At long last! Padres stun Dodgers, reach NLCS

Five-run rally in seventh sends San Diego past West rivals

October 16th, 2022

SAN DIEGO -- They've waited a long, long time for this particular moment of catharsis in San Diego:

The playoffs. The Dodgers. A packed house at Petco Park with everything on the line.

The Padres sure did make it dramatic, didn't they?

“At some point we had to beat this team in a big moment,” said , the longest-tenured Padre. “This is what we wanted.”

After a furious seventh-inning rally that shook Southern California, the Padres are on their way to the National League Championship Series. The Dodgers -- the 111-win juggernaut Dodgers -- are headed home, victims of one of the most monumental upsets in postseason history.

’s two-out, two-strike, two-run single was the difference in a 5-3 Padres victory in Game 4 of the NL Division Series on Saturday night -- the finishing touch on a wild five-run rally.

"We were down 3-0,” said . “But in that dugout, we felt like we were going to come back at any moment.”

Now the Padres are headed to their first NLCS in 24 years, where they’ll meet the Phillies beginning Tuesday night at Petco Park. But first, they had some celebrating to do.

For the third consecutive weekend, the Padres liquefied a clubhouse carpet with champagne and light beer. They did it when they clinched their spot in the postseason, and they did it again when they beat the Mets. Those celebrations were tame compared to this one.

This was the Dodgers.

“I’ll tell you what, eight years being here, the ups and the downs, I’ve lost a lot of games to that team up there,” Myers said. “This one right here makes it all worth it.”

The Padres have finished behind the Dodgers in the standings in each of the last 12 years. In 2022, they lost all six series against L.A. and finished a whopping 22 games back. Only one team in playoff history had ever won a postseason series against a team it trailed by as much in the standings -- the 1906 White Sox over the Cubs.

For much of their 5 1/2-decade existence, the Padres have lived in the Dodgers’ shadow. But they built a contender in 2022, and at the Trade Deadline, they made a series of moves -- with precisely this matchup in mind. They’d have to overtake their rivals at some point. It was then that chairman Peter Seidler proclaimed the Dodgers “that dragon up the freeway we’re trying to slay.”

“The Dodgers, they set such a high bar,” said Padres general manager A.J. Preller. “We understand there’s a few more steps we’re going to have to take. But most likely, if we were going to get to where we wanted to get to, it was going to have to go through the Dodgers.”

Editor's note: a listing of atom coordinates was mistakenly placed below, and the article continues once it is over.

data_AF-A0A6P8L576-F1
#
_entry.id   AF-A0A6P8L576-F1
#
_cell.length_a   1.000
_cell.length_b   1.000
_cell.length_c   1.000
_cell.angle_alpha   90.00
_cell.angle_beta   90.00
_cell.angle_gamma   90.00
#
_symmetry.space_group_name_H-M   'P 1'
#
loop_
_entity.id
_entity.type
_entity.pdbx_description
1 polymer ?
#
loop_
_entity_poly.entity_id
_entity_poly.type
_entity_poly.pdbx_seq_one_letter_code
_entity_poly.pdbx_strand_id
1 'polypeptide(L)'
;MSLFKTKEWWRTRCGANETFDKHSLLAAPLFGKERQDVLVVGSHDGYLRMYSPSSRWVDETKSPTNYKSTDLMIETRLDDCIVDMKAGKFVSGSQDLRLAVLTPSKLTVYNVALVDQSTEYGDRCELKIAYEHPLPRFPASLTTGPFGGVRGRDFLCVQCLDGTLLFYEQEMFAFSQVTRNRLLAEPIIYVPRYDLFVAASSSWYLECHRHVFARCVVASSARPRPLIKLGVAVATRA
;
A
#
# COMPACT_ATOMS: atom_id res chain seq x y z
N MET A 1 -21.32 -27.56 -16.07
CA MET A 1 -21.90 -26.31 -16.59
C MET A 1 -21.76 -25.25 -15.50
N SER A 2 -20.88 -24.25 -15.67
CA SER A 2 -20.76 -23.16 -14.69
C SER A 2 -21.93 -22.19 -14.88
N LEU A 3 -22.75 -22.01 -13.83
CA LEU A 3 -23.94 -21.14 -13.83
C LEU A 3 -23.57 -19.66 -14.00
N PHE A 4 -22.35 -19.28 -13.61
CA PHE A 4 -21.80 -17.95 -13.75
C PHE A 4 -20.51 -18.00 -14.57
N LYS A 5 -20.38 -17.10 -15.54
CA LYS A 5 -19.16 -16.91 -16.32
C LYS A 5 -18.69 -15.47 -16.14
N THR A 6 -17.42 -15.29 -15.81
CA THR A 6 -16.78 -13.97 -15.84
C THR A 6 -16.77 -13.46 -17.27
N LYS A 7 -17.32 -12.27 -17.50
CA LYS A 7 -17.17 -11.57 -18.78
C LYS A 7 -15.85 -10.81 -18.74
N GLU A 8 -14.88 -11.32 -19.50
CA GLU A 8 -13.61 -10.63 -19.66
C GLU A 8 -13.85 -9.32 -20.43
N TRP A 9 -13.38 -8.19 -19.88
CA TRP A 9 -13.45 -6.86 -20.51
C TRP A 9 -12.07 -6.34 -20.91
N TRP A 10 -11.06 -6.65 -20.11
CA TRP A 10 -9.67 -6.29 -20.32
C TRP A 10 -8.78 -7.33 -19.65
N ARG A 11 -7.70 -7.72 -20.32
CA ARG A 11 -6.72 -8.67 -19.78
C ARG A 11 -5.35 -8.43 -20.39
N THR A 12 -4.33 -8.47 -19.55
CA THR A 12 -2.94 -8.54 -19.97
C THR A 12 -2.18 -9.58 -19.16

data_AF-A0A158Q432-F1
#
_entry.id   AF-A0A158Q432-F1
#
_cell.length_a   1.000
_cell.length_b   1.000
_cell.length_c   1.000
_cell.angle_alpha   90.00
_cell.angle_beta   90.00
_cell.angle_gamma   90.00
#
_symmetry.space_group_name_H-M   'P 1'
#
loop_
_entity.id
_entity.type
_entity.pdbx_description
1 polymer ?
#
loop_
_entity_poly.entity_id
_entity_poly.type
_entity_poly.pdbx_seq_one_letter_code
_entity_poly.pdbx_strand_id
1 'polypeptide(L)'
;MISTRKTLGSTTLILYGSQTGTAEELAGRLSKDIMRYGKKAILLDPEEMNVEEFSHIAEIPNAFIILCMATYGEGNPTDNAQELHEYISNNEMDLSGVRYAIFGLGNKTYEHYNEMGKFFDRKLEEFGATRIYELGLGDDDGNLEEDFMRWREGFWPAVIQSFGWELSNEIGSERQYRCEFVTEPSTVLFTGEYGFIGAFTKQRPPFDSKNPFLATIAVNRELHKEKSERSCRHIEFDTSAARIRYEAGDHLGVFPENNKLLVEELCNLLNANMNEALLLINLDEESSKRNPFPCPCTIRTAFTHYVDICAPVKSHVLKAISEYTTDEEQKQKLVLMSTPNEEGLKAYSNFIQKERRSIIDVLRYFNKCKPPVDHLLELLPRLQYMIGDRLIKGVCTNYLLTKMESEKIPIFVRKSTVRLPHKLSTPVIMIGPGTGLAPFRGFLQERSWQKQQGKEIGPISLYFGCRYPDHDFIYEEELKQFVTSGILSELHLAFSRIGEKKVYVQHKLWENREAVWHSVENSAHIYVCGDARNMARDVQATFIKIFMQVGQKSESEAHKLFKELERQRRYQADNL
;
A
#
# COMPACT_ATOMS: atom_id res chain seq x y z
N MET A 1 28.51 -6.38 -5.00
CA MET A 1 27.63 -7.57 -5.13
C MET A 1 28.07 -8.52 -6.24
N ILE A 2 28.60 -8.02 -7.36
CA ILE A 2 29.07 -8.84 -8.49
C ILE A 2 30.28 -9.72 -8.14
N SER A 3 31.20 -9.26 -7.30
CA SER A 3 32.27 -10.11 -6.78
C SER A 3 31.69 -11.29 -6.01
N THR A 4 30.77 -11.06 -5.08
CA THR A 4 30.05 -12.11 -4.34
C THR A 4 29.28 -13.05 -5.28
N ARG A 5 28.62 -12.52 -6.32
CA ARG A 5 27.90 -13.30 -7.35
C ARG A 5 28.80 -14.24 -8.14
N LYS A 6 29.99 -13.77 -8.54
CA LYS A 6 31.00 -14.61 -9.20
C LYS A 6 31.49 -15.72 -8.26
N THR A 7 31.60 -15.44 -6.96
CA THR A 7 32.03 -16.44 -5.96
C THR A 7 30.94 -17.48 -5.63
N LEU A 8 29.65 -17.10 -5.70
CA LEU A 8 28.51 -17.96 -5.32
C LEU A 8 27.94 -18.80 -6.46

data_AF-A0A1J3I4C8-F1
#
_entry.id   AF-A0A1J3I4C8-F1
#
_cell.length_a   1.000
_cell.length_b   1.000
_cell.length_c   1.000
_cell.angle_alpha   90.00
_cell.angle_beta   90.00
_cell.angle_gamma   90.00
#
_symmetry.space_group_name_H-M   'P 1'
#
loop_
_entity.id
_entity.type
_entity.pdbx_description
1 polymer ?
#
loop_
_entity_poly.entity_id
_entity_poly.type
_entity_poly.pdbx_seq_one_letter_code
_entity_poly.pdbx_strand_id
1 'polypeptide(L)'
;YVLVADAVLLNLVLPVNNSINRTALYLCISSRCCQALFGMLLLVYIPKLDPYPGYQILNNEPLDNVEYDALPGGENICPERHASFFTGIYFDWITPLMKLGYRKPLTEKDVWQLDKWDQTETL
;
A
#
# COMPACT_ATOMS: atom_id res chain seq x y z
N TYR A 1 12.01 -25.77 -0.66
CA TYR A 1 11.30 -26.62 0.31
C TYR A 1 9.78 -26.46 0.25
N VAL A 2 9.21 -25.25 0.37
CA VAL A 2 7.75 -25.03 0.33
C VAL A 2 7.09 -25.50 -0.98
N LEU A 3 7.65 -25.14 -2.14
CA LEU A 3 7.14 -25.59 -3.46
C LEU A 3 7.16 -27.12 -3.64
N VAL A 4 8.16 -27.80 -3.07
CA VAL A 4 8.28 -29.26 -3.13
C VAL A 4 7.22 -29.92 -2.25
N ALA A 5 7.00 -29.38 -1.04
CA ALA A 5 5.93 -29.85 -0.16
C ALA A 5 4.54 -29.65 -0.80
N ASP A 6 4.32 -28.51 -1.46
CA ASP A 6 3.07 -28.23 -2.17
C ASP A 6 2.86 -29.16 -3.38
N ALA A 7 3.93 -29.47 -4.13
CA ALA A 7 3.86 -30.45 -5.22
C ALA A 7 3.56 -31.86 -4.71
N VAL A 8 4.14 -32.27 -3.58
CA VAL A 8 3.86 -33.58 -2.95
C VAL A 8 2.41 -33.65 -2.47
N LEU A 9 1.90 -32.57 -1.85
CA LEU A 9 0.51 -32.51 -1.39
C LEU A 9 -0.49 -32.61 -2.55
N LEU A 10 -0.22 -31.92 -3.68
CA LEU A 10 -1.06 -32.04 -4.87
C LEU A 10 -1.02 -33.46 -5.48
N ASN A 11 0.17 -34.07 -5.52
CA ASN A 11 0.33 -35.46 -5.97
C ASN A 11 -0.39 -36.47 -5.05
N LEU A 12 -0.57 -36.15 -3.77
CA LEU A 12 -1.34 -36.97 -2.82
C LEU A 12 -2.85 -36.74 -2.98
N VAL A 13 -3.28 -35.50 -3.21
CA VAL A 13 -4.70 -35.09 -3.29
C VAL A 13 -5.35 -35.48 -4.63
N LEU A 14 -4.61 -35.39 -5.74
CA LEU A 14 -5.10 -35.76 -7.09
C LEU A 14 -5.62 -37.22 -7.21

And it wouldn’t come easy. The Padres lost Game 1. They were on the ropes and survived Game 2. At some point along the way, a goose landed in the Dodger Stadium outfield, and they claimed it was good luck. Maybe it was? In Game 3, Petco Park’s first postseason game before fans in 16 years, the Padres eked out a one-run victory.

Then, on Saturday, they found themselves in danger of heading back to Los Angeles for a decisive Game 5 with a beaten down pitching staff. They trailed by three runs in the seventh inning, when Tim Hill escaped a jam, and the ballpark began to buzz.

Trailing by three, put the Padres on the board with an RBI single off Freddie Freeman’s glove at first base. , who had squared to bunt earlier in the at-bat, cut the deficit to one with an RBI double. That’s when manager Bob Melvin knew.

“He wanted to bunt,” Melvin said. “I didn’t want him to bunt. We’re trying to string together an inning. Once he hit that ball down the line, it felt like we were going to get it done.”

tied it with a laser-beam single to right. Then came the drama. Machado struck out. Brandon Drury popped out. The game was in Cronenworth’s hands with two outs. The Dodgers planned to use Alex Vesia, but only called for him after Yency Almonte had thrown a pitch -- an apparent miscommunication.

With two strikes, Soto trotted to second base, putting two men in scoring position. Then Vesia hung a slider, Cronenworth punched it to center, and Petco Park whipped into a full-on frenzy.

“This place was insane the last two days,” Cronenworth said.

“These are the two loudest games I’ve ever played,” Myers said. “The crowd brought it.”

The rest felt like a formality. The back end of the Padres’ bullpen has been that good this postseason. pitched a 1-2-3 eighth. did the same in the ninth.

And how’s this for an ending? Hader struck out Mookie Betts, Trea Turner and Freeman in order. (Remember, it was Freeman, then with Atlanta, who ended Hader’s season with Milwaukee last year, with a game-winning home run.)

“They’ve had our number for a long time, obviously,” Hader said. “But to be able to do it when it matters -- that’s more special.”

When the clubhouse celebration ended, players spilled onto the field to join their families. Some remained for hours after the final out. sprayed a few dedicated fans with champagne. Myers took a detour to high-five the entire contingent that had gathered outside the player parking lot. Car horns blared. The Gaslamp raged well into the night.

A party befitting a dragon-slaying.